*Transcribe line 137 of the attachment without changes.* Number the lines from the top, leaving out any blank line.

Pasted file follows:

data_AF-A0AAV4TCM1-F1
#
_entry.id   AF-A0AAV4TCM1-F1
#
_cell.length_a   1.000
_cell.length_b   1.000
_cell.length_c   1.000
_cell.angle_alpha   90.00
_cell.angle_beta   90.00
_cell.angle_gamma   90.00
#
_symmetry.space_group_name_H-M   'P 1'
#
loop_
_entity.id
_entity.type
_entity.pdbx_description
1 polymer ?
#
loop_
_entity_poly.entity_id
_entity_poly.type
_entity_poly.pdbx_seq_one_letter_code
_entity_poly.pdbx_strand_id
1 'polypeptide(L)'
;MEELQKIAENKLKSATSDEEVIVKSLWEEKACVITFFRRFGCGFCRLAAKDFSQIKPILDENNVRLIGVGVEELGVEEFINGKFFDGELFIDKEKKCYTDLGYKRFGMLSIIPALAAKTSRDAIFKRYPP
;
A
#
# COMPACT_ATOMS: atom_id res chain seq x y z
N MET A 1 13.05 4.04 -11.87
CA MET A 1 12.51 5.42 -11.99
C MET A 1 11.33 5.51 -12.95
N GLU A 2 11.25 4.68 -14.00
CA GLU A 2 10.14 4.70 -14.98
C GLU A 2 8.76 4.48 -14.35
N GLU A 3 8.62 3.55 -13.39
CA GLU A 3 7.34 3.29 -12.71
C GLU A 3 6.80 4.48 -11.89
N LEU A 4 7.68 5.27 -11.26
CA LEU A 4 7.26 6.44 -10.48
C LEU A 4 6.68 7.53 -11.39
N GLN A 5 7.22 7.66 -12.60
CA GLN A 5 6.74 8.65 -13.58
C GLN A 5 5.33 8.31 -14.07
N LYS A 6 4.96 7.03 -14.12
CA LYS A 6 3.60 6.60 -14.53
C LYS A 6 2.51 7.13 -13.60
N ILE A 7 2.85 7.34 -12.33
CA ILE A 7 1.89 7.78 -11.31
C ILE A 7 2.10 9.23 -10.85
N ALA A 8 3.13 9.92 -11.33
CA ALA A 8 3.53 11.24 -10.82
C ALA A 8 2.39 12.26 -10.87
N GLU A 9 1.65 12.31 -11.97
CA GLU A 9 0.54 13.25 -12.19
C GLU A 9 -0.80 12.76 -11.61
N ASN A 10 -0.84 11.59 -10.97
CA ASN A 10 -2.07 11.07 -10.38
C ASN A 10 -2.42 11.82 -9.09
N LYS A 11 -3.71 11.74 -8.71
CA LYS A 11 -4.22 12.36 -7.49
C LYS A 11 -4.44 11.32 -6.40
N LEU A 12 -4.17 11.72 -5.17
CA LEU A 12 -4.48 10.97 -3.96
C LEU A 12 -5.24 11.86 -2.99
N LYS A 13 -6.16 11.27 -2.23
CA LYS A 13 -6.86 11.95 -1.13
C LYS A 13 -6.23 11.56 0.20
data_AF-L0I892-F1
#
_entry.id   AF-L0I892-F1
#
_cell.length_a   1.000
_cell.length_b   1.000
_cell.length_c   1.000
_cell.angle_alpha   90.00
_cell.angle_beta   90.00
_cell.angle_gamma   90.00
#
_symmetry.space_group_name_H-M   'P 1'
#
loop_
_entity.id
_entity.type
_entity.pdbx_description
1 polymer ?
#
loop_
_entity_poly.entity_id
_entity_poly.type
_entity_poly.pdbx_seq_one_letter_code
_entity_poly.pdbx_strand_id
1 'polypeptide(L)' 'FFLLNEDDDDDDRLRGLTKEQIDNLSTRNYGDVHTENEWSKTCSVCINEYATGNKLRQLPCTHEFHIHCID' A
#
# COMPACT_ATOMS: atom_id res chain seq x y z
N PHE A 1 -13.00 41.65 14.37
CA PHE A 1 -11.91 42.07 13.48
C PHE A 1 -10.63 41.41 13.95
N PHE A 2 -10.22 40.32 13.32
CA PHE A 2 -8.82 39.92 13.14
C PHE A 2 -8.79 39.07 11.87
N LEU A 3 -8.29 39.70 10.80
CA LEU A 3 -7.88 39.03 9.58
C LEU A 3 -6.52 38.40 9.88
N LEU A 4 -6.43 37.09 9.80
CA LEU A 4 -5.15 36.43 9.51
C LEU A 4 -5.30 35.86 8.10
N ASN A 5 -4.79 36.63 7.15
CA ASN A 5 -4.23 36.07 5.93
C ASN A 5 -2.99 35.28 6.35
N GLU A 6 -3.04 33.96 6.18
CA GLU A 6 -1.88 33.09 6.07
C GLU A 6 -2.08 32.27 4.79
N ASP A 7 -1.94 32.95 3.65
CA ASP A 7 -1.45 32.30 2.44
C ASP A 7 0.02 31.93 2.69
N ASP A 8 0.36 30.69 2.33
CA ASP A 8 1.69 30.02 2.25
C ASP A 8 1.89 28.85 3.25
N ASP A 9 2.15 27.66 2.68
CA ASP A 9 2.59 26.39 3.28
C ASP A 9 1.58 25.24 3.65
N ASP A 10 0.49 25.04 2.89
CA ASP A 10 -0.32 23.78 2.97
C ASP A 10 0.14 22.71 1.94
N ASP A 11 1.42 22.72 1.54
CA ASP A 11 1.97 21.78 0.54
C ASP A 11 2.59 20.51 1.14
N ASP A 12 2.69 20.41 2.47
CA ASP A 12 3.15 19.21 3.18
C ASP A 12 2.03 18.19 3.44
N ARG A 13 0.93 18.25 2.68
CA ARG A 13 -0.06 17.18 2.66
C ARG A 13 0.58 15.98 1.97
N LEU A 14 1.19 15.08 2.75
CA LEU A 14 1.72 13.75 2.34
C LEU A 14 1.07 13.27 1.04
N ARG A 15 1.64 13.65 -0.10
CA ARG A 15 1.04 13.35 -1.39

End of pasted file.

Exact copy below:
CA LEU A 14 1.72 13.75 2.34